The Changing Face of Services Marketing

Marketing of Services has emerged as an important sub discipline of marketing in its own right. It has evolved phenomenally to emerge as a major field of study with far reaching implications in today’s increasingly service driven economies. It is then, only natural, to wonder what is the future course that this field of study is most likely to take.

At first glance, one can see that there are as yet many opportunities available for Services Marketing to evolve and gain in relevance as the role of the service economy continues to expand. A large chunk of Third World economies are now beginning to move into the service domain. The role and share of the service sector in these economies is growing with an increased monetization of services

However, there are several challenges also. There has been a change in the basic nature of services. Services, today, can no longer be described according to the parameters of - intangibility, heterogeneity, inseparability and perishability. These changes are detailed below:

  1. Intangibility: While services maybe intangible, the process of delivery and even the customer experience of the service is not necessarily so. Thus while service providers focus on pre purchase behavior they often fail to pay attention to customer experience during the process of service delivery, the nature of output (which may manifest in an observable physical change) or the learning outcomes of the delivery process.

  2. Heterogeneity: Heterogeneity of services is also not applicable to the services domain today. Across sectors and industries we see an increased pressure for standardization of services. This is being achieved in some instances through automation such as through ATM’s and vending machines. Even in cases where automation is not possible there is greater focus on standardizing the service delivery process by way of service scripts and strict adherence to service cycles. For example, most fast food outlets and quick service restaurants follow the & steps of the service cycle that starts with greeting the customer (using standard phrases) through to saying good bye.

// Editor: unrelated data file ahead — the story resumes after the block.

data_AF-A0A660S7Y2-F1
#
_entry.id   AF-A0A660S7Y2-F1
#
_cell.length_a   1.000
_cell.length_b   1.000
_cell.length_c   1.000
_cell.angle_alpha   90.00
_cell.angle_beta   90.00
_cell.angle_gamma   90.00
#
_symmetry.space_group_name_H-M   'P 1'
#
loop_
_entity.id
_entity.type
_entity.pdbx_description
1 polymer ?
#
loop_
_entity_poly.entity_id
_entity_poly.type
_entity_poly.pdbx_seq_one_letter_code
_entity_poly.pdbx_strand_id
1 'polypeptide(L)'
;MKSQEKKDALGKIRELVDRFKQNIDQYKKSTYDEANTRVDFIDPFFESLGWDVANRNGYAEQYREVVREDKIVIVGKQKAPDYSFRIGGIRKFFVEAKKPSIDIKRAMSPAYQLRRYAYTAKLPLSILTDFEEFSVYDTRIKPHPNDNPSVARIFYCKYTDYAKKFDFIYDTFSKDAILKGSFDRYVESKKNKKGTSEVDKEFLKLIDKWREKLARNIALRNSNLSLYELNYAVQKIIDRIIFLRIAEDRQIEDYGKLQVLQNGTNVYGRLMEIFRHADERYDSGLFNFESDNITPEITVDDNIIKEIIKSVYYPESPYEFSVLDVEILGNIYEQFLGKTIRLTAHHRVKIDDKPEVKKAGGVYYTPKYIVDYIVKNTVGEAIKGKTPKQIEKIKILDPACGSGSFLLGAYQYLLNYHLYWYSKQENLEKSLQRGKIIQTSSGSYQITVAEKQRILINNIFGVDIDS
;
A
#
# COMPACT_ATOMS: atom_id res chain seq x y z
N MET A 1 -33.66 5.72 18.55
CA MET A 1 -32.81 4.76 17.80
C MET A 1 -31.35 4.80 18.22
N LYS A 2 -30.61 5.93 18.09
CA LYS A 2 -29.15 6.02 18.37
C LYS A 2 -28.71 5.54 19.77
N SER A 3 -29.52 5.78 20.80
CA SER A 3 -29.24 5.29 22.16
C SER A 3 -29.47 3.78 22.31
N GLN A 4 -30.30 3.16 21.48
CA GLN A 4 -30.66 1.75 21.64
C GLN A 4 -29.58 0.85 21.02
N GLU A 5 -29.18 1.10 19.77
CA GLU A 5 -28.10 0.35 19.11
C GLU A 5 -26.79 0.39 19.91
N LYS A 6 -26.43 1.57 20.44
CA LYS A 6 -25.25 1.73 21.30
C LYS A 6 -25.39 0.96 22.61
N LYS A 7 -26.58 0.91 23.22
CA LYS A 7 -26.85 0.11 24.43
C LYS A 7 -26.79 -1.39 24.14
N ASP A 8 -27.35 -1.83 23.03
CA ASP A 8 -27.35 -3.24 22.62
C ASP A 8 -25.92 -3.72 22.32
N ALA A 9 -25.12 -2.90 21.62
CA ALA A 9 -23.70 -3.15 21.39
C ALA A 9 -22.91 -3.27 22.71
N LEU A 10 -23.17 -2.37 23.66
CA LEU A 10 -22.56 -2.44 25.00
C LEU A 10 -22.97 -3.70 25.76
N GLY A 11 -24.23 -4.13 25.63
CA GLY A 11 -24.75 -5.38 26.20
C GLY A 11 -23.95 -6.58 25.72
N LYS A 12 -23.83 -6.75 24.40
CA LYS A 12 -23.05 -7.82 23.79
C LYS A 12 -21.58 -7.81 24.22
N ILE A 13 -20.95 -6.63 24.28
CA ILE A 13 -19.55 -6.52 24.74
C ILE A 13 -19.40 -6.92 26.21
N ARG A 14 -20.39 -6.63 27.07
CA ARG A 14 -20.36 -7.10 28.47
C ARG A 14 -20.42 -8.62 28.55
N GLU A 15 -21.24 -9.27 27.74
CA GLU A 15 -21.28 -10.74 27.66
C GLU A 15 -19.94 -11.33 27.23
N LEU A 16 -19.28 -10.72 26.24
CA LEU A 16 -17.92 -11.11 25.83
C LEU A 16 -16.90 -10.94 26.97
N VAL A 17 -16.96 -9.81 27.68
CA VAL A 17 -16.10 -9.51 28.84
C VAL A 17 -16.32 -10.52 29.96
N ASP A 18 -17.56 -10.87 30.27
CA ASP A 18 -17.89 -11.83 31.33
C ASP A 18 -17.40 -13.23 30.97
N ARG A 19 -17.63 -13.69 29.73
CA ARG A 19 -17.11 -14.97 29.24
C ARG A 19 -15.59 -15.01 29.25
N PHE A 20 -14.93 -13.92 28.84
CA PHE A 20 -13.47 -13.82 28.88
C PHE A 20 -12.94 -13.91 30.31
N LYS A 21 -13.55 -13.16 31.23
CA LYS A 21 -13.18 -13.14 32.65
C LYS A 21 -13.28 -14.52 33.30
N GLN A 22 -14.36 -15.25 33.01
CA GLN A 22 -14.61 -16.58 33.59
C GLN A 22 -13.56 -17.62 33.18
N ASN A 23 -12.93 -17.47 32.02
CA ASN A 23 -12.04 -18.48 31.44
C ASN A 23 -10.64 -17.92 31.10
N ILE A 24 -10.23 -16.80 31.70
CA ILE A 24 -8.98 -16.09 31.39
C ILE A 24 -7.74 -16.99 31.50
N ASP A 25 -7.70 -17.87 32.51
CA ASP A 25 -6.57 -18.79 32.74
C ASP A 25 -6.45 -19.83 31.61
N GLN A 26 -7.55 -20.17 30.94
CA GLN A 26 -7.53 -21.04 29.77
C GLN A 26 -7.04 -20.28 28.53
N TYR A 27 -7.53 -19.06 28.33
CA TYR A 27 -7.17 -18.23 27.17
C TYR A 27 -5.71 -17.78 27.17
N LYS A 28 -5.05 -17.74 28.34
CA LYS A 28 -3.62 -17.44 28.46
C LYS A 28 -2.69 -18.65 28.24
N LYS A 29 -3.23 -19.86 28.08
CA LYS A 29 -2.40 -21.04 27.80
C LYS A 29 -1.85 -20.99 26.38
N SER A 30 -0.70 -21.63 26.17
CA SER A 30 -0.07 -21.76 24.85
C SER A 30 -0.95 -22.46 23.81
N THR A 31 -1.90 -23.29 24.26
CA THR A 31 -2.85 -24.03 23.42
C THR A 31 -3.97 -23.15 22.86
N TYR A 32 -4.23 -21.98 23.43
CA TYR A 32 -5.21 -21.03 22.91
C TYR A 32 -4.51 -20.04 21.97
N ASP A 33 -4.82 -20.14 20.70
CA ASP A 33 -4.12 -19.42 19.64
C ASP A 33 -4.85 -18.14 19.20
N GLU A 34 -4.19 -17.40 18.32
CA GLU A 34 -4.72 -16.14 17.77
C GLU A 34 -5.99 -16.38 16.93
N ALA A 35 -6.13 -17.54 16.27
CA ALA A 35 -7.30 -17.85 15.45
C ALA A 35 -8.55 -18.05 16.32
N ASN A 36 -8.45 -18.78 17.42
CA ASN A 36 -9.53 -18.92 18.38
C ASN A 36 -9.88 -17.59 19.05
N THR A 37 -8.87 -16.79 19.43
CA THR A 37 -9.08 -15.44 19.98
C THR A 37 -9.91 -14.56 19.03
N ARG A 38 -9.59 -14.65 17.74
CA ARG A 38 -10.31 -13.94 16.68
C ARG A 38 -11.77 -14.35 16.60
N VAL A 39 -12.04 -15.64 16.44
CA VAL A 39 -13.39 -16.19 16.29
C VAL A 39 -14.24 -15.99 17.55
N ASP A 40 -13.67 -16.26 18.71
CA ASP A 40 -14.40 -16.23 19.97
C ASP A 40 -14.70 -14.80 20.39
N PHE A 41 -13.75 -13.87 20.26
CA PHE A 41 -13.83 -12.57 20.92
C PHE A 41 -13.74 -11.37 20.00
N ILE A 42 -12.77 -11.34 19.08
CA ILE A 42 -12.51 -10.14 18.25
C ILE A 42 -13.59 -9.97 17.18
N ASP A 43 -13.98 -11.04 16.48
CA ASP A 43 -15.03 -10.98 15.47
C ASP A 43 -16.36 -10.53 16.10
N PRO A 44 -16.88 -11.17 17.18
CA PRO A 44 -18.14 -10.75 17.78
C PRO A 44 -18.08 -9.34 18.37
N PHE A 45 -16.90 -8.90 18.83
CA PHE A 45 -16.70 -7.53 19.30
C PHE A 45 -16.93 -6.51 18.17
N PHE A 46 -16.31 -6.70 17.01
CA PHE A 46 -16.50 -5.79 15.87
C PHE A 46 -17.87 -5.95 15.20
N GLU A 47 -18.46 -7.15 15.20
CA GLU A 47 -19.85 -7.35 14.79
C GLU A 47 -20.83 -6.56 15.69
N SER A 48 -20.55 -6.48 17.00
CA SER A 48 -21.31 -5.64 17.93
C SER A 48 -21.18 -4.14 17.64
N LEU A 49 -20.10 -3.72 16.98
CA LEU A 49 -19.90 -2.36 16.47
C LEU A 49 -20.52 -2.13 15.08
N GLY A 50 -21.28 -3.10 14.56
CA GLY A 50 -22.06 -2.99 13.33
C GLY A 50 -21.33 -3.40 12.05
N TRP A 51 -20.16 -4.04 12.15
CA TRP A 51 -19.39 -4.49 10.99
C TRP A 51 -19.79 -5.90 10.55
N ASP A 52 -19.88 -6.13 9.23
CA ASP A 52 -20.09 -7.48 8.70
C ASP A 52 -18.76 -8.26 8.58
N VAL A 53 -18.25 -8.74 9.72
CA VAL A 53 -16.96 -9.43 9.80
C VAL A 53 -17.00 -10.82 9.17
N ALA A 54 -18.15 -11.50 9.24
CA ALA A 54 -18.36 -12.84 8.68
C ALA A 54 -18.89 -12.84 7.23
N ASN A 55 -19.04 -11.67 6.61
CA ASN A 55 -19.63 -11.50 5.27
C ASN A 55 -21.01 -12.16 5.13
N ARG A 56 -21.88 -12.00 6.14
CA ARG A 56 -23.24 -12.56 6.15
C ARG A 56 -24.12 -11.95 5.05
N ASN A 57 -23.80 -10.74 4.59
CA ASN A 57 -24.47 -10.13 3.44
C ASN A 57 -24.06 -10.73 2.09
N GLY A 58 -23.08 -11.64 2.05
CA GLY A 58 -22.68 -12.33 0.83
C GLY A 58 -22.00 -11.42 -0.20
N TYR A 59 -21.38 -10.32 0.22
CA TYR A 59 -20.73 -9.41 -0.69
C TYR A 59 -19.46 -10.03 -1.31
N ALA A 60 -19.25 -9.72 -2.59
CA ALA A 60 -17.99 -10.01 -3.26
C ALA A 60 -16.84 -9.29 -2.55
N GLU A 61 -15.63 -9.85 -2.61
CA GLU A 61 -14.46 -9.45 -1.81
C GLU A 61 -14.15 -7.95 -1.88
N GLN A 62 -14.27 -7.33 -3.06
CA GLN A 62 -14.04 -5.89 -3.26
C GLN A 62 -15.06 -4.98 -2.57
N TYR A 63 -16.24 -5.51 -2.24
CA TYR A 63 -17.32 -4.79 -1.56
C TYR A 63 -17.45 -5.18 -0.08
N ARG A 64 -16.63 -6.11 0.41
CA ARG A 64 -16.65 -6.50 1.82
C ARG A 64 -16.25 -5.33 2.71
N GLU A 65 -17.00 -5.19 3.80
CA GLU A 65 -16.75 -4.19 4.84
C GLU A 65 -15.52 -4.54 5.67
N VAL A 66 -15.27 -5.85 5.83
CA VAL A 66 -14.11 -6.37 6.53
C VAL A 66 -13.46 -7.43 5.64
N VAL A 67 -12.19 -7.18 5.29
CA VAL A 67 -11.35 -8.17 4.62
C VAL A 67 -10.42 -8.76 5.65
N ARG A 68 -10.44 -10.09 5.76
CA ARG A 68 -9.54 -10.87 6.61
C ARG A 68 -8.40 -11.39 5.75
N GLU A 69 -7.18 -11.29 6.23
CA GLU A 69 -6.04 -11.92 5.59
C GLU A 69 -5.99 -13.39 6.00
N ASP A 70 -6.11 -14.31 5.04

3. Inseparability: Even this criterion does not hold true for all services rendered. Inseparability implies that the production and consumption of services is simultaneous. Thus, consumers need to be present and/or involved in the production process. In reality however, there are several services that are separable. Example: insurance, repair and maintenance where production happens prior to consumption and the customers need not necessarily be present at the time the service is rendered. The same is witnessed in the phenomenon of outsourcing of services.

  4. Perishability: even though this is true for a lot of services, there are several notable exceptions. In today’s information era there are several information based services that can be recorded and saved in electronic media and reproduced on demand. Moreover, for greater clarity in this regard it is necessary to have a distinction between the perishability of productive capacity, of customer experience and of the output.

Thus the definition of services is not as clear cut as it was once assumed to be. Consequently this is one of the major challenges lying ahead for the field of Services Marketing.


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